Monday, 8 June 2020

Fantastic June Fishing for Science

 Chris and son Patrick had a short drive up-island to take part in some citizen science fishing .  We are taking tissue samples from which biologists will be able to extract DNA and identify the river of origin of these fish .  How cool is that !  We are also recording the length of these fish and area and day caught .  I have been doing this sampling for years as part of the Avid Anglers program . 

 In the early season this year, and last year, there is no retention of chinooks in order to protect some weak runs that migrate early and spend the summer swimming upstream to the upper reaches of the Fraser . The announcement has been delayed but we expect the regs to be as last year , with retention for chinooks starting July 15 .  It feels odd to have such extreme measures for a line of fish of which extremely few pass through these waters, and in the midst of extreme abundance.  We'll be helping the resource managers to understand which fish are really here , and when. 

 And boy , oh boy , are there fish HERE !   Chinook fishing this morning was as busy as it can get . Patrick had the first fish on before his Dad's line got in the water , and that happened repeatedly.  This is a great sign for the season to come . 

 BC Health has guidelines during this Covid virus time including required wearing masks, and additional procedures like wiping down surfaces with sanitizer .  It isn't too much inconvenience really , but the fellows like to pull down their masks for photos ( telephoto lens ), or if they are in the back corner of the boat at the greatest separation from the helm .  BC has been good about respecting the virus safety measures, there are very few cases here, and the borders are closed or highly restricted, so running across the virus seems unlikely .  But we play safe anyways .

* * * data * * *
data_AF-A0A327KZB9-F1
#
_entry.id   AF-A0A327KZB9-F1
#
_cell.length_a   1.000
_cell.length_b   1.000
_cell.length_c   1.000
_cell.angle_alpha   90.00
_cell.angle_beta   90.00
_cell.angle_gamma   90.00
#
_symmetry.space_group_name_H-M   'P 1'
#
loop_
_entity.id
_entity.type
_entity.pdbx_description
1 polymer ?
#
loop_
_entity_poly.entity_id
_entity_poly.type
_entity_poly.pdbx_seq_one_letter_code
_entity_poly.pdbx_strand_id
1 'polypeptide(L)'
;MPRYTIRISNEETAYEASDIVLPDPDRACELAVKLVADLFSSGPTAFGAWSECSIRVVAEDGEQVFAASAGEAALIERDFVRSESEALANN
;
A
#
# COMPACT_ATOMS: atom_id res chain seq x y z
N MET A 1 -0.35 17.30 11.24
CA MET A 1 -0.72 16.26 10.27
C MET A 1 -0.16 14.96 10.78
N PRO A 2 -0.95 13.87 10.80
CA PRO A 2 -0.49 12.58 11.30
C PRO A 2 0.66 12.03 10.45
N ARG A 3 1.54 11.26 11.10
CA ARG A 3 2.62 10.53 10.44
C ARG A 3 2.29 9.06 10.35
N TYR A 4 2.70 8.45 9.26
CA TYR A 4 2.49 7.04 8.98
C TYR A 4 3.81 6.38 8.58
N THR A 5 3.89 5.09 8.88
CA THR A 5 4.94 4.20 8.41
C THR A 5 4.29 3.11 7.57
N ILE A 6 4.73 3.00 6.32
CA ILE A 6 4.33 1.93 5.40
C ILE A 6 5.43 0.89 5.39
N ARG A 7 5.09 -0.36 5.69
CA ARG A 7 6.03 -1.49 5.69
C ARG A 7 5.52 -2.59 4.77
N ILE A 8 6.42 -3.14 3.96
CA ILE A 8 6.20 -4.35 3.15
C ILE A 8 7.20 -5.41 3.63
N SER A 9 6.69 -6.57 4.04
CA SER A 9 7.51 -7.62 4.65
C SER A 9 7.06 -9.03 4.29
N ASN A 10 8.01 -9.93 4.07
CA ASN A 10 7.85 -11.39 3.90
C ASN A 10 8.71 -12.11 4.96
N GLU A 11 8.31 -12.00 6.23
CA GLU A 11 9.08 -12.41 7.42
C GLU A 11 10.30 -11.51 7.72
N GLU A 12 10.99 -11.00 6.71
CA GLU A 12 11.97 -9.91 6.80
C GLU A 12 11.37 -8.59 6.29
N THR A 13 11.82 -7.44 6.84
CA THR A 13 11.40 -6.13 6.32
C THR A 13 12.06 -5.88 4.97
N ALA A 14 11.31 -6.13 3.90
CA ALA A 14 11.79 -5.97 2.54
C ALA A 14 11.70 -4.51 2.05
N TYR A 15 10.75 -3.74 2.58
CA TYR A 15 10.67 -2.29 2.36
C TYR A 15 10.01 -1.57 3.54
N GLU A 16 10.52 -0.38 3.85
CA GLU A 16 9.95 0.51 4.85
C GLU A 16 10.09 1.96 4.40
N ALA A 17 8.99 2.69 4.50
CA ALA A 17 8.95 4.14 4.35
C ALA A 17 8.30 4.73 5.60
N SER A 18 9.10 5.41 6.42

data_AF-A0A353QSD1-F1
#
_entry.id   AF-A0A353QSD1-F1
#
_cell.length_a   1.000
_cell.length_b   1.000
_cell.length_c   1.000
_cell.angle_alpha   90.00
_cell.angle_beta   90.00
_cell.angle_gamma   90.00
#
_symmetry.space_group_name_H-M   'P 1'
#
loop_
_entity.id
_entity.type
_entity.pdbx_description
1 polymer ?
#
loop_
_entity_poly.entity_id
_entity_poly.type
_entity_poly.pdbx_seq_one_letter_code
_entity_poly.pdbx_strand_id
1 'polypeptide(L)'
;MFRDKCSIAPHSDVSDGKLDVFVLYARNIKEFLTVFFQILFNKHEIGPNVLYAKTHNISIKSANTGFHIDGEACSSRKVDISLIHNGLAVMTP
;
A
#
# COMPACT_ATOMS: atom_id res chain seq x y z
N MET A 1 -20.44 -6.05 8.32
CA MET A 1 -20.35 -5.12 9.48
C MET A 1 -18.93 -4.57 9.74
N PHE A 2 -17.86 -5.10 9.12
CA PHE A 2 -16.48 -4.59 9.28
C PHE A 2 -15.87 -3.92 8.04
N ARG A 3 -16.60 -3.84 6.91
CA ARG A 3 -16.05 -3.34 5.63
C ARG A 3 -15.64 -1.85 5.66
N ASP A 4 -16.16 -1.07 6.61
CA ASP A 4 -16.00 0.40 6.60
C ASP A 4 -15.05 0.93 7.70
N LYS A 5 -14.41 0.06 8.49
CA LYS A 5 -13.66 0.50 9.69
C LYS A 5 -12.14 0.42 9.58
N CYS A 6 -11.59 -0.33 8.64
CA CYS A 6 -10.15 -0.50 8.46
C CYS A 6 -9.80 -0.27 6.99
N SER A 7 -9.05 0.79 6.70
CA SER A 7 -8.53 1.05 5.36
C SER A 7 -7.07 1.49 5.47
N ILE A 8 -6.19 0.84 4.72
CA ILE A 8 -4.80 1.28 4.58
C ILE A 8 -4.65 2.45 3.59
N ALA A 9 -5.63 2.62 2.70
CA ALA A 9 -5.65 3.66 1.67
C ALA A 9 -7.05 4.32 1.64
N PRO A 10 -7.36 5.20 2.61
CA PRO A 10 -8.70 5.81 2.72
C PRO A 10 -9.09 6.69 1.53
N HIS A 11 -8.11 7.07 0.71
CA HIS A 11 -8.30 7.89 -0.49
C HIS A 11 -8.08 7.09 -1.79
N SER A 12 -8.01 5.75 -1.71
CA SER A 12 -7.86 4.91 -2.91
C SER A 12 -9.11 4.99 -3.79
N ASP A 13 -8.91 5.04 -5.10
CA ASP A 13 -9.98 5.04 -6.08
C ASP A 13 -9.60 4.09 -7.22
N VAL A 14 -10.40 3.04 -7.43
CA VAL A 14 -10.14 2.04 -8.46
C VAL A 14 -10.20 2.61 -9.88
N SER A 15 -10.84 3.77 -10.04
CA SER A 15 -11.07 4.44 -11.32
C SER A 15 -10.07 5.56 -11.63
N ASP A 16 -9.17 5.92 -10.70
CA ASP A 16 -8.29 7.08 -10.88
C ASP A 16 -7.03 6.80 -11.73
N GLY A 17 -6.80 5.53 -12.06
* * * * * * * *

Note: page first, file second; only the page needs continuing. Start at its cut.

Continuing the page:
The procedure is to net the fish , leave him lie a bit in the net in the ocean to settle down while we get organized , and then bring him to the cooler full of new seawater so we keep his head and gills wet as much as possible , take a sample with a paper-hole punch from the trailing edge of his tail , a quick measure of length and return him to the sea in minimal time , with perhaps a quick pause for a photo along the way .

Did I mention that the fishing was terrific ? !   These are aggressive feeders in their growing years , exciting and rambunctious fighters .  We sampled 16 chinooks of all sizes, the largest at 80 cm length . ( 31.5 inches ) .  

 I also have to mention that the hot lure was the Loony Spoon ,which is just now out of the development stage , designed by Cameron Neufeld  ( ).    Cameron and I have been in touch while he was getting his ideas into a working product .  So it was extra special when it turned out the fish agree that this is really something attractive . I ran a series of lures on the opposite rod trying to find something that worked as well , but the Loony Spoon usually got bit first . It is an unusual lure , shaped a bit like an Apex , but with a better tail wag , and crippled herring action .  It doesn't really matter what I think , the fish like it . 

 If you are interested in this kind of fishing experience, while contributing to the knowledge base for salmon , get in touch .   I'll give a price break for these special circumstances . 

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